In preceding chapters, we considered interpretation from the complementary standpoints of seismic fundamentals and data quality, leading naturally to discussions of correlation concepts and procedures. This chapter addresses additional topics and issues you probably will encounter in the normal course of work as a seismic interpreter. Ranging from technical fields such as 4D seismic and seismic modeling to philosophical concepts such as interpretive judgment and the interpretation paradox, the following sections are intended to raise your awareness of these topics as building blocks in the foundation of your career. Also included in this chapter are several sections on professional development, the substance of which is based solely on the experience of the author.
In the modern workstation environment, gridding and contouring interpreted 2D or 3D seismic data are accomplished routinely and relatively quickly as automated processes. This is in sharp contrast to the previous generation of interpretation of exclusively 2D seismic data on paper sections, in which gridding, the measurement of two-way reflection times to picked horizons at specific user-defined points, and contouring consumed a considerably greater fraction of an interpreter's time and were dramatically more subjective and dependent on the interpreter's individual skills and experience. Gridding of interpreted seismic data, even 3D data which are inherently “gridded” by the nature of their acquisition and processing, is now done primarily for two reasons: to facilitate automated contouring and to manipulate picked horizons (e.g., calculate the thickness of the interval between two horizons).
Figures & Tables
First Steps in Seismic Interpretation
Accurate interpretation of geophysical data — in particular, reflection seismic data — is one of the most important elements of a successful oil and gas exploration program. Despite technological advances in data acquisition and processing and the regular use of powerful computers and sophisticated software applications, you still face a tremendous challenge each time you begin to reconstruct the geologic story contained in a grid or volume of seismic data — that is, to interpret the data. On occasion, this interpretive tale can be clearly told; but most of the time, each page of each chapter is slowly turned, and rarely is the full meaning of the story completely understood.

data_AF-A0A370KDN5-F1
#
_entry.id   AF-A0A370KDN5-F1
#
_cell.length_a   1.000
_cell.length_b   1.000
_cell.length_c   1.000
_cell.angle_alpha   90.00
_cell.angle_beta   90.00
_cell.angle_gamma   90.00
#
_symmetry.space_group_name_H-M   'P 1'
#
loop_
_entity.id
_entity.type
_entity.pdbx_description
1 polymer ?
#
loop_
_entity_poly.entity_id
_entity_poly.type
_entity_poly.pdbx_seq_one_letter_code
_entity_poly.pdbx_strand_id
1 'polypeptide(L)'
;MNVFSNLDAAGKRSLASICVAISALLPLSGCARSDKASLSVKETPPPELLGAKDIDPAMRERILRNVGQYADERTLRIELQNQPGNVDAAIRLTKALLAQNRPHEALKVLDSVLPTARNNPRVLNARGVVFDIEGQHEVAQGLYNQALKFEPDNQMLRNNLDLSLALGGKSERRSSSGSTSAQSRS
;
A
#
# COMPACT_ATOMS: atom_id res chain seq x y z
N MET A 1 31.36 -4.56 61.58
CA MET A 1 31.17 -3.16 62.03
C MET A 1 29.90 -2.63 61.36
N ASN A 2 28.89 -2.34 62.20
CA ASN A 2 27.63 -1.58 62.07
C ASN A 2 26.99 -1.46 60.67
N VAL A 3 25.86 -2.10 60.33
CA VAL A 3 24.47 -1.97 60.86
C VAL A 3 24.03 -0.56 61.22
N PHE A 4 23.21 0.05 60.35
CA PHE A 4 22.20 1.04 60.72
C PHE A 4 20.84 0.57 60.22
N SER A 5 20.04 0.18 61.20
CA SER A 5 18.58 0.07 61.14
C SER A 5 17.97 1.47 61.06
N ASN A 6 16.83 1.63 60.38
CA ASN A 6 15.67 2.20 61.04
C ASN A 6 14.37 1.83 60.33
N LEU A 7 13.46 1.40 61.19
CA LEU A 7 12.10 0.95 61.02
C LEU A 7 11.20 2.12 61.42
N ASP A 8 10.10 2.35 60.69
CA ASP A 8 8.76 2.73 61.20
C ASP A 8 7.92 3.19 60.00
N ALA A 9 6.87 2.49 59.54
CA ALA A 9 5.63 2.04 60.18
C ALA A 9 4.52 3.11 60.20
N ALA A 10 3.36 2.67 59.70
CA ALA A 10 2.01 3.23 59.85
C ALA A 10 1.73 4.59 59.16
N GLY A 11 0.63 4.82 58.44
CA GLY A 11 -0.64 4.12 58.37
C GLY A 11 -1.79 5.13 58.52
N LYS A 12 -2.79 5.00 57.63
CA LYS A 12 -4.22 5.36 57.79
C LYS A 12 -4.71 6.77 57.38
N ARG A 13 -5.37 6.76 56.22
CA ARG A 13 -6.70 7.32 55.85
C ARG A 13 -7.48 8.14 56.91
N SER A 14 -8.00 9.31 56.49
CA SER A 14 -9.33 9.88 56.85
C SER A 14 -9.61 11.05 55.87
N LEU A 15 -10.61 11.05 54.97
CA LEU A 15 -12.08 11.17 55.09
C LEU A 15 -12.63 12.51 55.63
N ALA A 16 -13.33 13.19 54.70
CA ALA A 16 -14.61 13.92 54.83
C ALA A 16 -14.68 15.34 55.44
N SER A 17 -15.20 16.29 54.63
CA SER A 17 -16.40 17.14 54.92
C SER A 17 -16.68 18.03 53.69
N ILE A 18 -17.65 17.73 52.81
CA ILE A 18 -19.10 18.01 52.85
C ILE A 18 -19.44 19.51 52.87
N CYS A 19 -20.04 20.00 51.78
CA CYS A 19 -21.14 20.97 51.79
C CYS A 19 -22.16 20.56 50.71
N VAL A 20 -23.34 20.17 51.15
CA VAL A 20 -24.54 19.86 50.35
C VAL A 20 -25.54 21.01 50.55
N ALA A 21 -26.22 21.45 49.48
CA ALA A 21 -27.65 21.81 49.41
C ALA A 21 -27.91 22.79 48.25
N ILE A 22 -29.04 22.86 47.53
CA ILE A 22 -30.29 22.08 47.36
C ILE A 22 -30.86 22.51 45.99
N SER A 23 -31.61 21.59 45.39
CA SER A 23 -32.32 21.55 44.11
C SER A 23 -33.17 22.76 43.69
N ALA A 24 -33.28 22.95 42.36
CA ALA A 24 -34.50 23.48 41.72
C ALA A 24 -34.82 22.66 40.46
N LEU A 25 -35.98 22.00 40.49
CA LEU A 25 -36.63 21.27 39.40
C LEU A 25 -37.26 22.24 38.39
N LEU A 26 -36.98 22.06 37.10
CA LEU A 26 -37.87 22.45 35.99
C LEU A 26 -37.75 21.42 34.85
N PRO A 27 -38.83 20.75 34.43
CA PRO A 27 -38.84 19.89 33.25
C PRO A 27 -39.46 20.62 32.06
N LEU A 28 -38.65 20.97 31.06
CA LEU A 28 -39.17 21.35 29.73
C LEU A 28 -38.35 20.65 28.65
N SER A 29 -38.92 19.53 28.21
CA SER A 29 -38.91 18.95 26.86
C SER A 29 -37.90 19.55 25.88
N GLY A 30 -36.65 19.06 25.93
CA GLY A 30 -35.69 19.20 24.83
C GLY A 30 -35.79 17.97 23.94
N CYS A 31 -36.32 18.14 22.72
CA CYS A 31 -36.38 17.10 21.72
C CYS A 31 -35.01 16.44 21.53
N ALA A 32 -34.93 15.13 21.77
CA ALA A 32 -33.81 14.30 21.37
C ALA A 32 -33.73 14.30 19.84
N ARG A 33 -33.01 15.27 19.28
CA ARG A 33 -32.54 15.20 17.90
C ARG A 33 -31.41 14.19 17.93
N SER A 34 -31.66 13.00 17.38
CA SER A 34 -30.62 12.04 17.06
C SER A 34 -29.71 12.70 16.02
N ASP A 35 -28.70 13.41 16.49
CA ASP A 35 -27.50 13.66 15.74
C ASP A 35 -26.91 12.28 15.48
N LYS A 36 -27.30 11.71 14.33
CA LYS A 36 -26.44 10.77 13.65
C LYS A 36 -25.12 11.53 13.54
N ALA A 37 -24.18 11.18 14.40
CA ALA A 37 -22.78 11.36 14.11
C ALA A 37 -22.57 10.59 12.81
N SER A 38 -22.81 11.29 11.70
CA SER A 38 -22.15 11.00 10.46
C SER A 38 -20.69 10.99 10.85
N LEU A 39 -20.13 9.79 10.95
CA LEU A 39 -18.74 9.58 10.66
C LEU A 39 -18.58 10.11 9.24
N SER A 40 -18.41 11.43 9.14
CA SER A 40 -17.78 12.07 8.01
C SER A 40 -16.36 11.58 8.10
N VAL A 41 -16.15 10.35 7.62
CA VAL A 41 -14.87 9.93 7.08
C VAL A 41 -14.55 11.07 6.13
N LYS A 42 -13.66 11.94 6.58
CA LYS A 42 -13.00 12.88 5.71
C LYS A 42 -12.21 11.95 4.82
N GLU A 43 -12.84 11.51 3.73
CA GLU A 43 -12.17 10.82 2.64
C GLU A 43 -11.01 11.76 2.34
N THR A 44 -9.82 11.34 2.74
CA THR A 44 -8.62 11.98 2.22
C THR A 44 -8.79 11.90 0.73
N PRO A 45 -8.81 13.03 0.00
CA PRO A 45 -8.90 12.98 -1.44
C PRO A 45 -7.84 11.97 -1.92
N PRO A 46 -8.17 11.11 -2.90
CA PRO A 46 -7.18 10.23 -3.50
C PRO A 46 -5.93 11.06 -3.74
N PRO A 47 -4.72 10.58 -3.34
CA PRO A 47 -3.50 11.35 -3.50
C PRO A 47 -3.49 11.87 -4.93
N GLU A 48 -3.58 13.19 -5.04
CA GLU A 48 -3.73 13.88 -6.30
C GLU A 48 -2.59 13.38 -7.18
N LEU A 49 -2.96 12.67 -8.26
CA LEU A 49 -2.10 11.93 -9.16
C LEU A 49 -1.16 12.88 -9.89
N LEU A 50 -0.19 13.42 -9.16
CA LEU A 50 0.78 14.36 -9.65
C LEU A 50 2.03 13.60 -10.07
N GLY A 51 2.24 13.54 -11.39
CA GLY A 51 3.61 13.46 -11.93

Where the correlation of one reflection record with another is very easy, little needs to be said. Almost anyone can understand such a correlation. On the other hand, this is a rare occurrence. The usual thing is for the correlation to be so difficult as to be impossible. It is for this reason that correlation procedure can hardly be described in words (Dix, 1952).
Although Dix is speaking about the correlation of individual reflection records, which were used routinely before the advent of continuous common-depth-point (CDP) profiling, he clearly recognized the essence of interpretation as the considered extraction of geologic information from indirect geophysical measurements. His words are no less relevant and applicable now than they were 60 years ago, even in view of the high standards of data quality made possible by advances in seismic acquisition and processing, to say nothing of accompanying developments in interpretation technology. In the modern interpretation environment, you still face correlations that are “so difficult as to be impossible“ because these correlations define the frontiers of opportunity, the ones posing the sternest challenges and ultimately leading to the greatest rewards.
The primary aim of this book is to describe Dix's correlation procedure in terms of the science, data, tools, and techniques now used in seismic interpretation in the oil and gas industry. As an individual geoscientist, you develop and apply your own approach and style when interpreting seismic data. You continually revise and refine correlation procedures during the course of your career and expand them as you complete different interpretation projects. With experience, you learn to check and recheck the validity of your procedures to fully understand the rules of evidence that govern their use:
You must have a good understanding of seismic acquisition and processing principles as well as fundamentals of geology before beginning to collect interpretive evidence and solve interpretation problems correctly.